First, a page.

Posts Tagged ‘cream’


A thing of beauty…

I haven’t written in ages. I haven’t stopped cooking or reading; just didn’t have to time to write about it ūüôā but today I’m lying in bed with a bad back (after soooo long without any problems ūüė¶ ) so I find I suddenly have the time. Silver lining, right?

So. This used to be¬†the¬†cake I made for my mom’s birthday… until it wasn’t. Then my mom suddenly requested it again. As I no longer have wheat flour, I made it gluten free, but use the flour you have on hand. This is based on “Fruit and cream cake” in “Cakes for all Seasons” by Nira Scheuer.


Dough: (this makes double the amount, I put half in the freezer for the next pie)
2 1/4 cups all purpose flour or Tami gluten free flour
1/2 cup white sugar
1 egg
1 tbsp vanilla
1 tbsp lemon zest
pinch salt
150 gr margarine or butter

1 box whipping cream (250 ml)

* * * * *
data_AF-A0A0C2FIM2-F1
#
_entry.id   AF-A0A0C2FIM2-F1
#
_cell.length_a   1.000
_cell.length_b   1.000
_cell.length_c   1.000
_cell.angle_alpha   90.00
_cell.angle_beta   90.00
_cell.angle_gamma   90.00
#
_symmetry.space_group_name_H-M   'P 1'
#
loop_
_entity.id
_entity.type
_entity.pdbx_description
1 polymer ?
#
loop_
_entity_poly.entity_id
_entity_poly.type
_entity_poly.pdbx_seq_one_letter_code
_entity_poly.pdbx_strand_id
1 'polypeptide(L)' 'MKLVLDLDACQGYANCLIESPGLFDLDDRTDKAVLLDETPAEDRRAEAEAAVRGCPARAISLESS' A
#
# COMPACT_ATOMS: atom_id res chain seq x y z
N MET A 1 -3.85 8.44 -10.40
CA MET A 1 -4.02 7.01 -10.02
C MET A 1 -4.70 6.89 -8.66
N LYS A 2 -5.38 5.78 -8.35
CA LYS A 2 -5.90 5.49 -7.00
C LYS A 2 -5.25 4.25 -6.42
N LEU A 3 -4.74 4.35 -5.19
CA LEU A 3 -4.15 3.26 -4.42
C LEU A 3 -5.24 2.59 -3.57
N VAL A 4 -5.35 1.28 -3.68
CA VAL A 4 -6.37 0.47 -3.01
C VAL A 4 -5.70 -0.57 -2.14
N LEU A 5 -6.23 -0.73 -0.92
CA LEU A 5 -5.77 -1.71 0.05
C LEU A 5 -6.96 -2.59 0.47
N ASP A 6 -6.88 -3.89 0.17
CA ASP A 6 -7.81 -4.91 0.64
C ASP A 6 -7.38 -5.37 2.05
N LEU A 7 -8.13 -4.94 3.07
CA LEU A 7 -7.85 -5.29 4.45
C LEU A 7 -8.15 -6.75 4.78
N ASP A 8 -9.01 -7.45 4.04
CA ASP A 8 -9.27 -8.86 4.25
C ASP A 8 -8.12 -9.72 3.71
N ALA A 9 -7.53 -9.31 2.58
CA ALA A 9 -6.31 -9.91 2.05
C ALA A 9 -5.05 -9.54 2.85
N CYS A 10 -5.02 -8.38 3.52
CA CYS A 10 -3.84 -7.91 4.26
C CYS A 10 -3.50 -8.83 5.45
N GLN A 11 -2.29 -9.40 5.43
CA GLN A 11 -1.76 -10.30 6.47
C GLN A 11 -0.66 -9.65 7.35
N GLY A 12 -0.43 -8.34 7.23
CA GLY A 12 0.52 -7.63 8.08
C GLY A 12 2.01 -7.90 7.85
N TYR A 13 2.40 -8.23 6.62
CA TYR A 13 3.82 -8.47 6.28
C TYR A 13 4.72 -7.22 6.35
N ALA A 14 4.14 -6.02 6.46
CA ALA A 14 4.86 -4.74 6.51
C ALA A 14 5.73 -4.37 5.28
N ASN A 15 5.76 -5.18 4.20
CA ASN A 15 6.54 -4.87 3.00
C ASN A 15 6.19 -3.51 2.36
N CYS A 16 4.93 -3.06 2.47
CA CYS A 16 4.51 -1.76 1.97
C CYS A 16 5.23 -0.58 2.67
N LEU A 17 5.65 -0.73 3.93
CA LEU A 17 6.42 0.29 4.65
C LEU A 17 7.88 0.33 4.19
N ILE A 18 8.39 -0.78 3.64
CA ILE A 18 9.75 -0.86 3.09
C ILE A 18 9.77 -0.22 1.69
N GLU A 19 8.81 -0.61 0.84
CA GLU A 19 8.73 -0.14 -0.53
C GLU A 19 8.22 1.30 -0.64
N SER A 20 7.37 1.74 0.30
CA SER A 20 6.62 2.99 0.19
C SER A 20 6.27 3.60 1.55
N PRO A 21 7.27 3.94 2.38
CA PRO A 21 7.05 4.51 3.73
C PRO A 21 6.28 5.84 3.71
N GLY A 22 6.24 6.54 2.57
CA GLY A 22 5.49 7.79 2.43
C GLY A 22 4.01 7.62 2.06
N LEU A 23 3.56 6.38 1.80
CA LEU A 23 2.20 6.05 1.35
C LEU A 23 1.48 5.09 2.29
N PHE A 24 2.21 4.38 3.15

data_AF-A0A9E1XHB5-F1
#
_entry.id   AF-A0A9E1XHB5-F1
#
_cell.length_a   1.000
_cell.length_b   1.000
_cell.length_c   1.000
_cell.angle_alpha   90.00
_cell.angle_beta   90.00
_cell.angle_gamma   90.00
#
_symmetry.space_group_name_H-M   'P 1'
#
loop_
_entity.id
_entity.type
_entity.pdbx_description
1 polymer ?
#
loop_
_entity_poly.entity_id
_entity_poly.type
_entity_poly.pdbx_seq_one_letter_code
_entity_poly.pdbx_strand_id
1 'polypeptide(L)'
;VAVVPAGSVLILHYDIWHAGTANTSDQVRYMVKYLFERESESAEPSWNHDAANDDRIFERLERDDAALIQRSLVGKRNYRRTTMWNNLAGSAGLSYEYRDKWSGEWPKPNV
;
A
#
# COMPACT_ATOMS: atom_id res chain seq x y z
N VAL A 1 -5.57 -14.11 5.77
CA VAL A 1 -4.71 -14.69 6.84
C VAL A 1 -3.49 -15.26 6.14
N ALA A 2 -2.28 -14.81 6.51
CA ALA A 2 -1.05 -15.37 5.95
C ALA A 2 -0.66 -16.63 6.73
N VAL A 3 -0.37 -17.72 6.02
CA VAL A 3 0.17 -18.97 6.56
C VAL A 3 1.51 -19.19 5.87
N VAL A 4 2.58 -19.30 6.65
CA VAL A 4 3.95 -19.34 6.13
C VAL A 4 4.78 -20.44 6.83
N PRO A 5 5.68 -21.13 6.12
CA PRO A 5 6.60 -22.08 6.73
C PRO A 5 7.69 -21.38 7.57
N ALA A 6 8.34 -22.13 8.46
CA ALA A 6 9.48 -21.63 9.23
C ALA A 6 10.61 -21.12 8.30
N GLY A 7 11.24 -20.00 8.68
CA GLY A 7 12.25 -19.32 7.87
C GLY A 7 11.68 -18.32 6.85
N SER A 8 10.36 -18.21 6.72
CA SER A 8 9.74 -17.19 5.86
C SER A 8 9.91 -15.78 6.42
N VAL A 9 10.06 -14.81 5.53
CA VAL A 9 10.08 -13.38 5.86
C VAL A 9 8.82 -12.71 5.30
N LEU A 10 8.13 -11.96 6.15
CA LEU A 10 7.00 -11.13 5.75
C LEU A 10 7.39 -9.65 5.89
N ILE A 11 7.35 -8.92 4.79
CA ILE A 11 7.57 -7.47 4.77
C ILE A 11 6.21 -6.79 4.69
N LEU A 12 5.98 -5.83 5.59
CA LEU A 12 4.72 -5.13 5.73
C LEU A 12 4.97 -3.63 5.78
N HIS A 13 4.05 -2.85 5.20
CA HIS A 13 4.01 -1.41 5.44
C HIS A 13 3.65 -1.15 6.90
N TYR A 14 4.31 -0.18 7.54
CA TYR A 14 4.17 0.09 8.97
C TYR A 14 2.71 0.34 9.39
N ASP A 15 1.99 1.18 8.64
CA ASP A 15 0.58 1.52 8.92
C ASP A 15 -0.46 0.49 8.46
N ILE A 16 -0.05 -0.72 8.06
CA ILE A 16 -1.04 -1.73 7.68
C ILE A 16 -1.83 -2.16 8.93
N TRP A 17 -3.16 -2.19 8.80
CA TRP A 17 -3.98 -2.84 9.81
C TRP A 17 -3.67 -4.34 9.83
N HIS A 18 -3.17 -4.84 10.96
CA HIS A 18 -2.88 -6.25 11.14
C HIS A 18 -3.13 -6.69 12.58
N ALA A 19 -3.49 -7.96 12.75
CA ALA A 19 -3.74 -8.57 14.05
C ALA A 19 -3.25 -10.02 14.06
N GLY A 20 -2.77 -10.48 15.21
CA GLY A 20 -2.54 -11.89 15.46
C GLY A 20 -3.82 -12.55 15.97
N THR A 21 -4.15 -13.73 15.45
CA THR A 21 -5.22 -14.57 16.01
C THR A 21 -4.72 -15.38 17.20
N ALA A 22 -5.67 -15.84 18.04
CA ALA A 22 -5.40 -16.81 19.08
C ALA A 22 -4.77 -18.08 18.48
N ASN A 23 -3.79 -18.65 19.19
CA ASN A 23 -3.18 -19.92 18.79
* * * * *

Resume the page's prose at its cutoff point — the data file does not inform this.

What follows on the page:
1 cup milk (240 ml)
1 packet instant vanilla pudding (80 gr)
1 box white cheese (5% fat)

Fruit Topping:
Canned (600 gr with the juice) or fresh (1/2 kg) soft fruit, sliced. I used canned peaches.


Preheat oven to 200¬įC.

Dough: Mixed everything in a food processor until it forms a ball. Do not over process. Put half in a bag in the freezer for next time; press the rest into a pie plate*. Bake for 10-15 minutes until golden. Let cool.

Cream: whip the cream,milk and pudding together until fluffy. Add the white cheese and whip until blended. Put mixture into cooled pie shell. Flatten top.

Fruit: Arrange slices on top of cream in an aesthetically pleasing way (or not ūüėČ ). Cover in plastic wrap and refrigerate for at least 3 hours before serving.